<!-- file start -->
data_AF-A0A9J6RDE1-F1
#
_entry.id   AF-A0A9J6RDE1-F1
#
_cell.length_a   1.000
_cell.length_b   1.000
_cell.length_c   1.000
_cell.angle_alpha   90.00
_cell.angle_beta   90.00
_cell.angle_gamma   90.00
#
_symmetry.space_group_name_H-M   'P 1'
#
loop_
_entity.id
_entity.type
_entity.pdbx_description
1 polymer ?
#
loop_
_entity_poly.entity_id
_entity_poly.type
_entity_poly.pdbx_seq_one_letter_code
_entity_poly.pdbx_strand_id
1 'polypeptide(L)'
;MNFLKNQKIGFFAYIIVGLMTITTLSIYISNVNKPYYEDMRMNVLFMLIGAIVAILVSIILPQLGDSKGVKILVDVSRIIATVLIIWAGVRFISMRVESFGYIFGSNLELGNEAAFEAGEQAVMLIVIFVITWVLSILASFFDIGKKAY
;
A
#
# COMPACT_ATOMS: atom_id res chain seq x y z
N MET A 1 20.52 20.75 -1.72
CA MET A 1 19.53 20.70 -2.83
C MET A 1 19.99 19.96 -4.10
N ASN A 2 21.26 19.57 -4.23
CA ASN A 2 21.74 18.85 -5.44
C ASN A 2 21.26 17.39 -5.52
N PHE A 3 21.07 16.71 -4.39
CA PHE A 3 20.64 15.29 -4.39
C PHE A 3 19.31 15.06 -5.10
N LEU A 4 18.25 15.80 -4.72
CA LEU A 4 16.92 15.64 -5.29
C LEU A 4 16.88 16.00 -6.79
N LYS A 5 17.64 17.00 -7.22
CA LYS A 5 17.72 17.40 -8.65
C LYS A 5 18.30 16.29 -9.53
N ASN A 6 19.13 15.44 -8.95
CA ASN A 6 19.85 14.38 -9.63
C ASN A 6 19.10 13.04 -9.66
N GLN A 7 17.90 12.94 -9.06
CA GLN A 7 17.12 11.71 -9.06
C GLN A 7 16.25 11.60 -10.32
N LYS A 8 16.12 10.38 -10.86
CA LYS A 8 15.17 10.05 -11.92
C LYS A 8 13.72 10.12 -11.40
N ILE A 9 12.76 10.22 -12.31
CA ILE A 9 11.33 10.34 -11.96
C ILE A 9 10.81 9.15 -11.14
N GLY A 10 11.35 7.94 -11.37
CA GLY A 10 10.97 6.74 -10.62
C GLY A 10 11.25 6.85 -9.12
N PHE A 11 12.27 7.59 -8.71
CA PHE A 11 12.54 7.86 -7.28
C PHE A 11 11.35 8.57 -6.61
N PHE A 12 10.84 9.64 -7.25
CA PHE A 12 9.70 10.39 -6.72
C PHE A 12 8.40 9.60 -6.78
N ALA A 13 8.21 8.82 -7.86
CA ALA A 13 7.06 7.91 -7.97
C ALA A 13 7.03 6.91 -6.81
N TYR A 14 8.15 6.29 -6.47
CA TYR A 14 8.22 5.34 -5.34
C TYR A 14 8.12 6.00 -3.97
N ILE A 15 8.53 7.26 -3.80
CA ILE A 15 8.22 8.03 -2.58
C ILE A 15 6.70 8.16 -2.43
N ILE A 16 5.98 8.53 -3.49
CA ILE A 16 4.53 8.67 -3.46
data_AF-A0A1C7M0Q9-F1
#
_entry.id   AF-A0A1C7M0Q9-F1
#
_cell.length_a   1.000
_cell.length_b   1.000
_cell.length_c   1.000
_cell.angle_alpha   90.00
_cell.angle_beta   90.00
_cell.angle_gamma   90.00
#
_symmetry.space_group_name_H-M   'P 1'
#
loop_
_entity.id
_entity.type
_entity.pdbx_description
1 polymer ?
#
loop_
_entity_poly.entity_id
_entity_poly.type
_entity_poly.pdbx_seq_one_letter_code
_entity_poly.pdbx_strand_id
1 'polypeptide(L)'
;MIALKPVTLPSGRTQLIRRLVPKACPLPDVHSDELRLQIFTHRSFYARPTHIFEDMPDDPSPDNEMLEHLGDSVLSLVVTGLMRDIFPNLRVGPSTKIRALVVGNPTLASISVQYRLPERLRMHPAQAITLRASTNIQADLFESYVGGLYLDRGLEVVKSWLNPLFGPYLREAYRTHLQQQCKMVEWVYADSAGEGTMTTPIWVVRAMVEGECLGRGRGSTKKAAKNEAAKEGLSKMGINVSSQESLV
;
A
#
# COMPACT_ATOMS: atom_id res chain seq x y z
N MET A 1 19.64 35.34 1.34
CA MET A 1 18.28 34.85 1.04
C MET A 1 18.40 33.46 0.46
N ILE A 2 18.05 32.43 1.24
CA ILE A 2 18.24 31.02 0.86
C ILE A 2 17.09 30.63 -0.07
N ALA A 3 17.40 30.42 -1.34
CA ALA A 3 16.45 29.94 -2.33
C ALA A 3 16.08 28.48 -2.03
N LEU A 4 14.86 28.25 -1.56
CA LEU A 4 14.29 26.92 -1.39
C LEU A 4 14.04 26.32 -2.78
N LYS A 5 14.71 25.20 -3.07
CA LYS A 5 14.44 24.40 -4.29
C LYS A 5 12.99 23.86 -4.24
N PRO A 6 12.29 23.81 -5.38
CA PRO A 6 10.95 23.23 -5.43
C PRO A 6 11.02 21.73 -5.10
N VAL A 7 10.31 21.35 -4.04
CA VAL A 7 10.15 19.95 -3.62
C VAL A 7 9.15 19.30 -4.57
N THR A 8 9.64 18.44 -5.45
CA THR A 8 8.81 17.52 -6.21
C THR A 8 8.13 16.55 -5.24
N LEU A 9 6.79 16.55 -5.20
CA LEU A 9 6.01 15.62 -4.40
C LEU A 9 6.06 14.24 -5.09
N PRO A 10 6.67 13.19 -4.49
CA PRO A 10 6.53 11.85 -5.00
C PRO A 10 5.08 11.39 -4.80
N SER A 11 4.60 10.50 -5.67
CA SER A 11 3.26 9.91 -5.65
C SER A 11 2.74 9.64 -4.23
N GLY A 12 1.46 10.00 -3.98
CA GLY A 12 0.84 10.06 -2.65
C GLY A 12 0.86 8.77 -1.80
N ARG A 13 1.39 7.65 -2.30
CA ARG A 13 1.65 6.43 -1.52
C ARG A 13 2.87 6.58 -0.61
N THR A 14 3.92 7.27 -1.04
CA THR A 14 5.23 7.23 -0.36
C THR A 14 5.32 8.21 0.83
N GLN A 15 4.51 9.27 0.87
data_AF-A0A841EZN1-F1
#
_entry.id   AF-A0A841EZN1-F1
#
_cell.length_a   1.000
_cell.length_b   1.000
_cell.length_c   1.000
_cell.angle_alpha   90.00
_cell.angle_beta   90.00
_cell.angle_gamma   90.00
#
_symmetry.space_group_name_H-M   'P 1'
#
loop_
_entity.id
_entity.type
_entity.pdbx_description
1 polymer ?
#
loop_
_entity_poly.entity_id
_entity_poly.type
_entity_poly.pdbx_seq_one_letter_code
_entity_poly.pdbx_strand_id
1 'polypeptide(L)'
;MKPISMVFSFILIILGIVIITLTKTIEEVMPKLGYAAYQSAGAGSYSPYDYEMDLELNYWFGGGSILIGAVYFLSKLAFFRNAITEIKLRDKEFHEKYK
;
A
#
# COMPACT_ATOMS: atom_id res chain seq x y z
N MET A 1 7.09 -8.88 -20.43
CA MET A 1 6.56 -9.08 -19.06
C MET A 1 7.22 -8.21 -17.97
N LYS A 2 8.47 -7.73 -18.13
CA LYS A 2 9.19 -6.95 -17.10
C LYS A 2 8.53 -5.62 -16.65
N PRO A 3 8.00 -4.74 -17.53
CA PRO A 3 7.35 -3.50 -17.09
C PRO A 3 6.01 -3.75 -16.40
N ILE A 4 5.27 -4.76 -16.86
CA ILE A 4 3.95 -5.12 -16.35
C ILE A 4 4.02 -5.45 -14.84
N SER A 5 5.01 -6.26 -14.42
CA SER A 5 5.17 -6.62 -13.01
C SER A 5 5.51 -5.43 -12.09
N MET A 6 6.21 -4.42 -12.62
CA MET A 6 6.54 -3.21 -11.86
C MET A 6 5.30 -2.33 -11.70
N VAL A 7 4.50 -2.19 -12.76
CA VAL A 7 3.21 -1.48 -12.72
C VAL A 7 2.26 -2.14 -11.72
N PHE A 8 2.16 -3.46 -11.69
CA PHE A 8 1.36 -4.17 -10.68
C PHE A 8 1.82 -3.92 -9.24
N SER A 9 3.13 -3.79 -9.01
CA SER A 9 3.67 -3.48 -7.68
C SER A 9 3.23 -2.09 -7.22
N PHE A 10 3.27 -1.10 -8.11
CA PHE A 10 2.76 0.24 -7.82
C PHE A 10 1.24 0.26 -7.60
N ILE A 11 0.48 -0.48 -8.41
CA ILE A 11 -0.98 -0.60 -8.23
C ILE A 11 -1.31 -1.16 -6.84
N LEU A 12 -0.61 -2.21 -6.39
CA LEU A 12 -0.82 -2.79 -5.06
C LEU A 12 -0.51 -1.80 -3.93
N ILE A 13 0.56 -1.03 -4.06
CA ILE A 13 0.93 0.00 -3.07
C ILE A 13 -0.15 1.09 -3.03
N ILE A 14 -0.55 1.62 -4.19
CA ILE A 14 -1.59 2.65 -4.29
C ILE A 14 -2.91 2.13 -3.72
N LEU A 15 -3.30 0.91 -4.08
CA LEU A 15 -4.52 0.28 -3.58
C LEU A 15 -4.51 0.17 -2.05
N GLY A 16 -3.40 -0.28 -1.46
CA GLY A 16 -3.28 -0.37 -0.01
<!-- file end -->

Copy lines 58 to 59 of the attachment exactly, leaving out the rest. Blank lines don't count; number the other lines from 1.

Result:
N GLY A 10 11.35 7.94 -11.37
CA GLY A 10 10.97 6.74 -10.62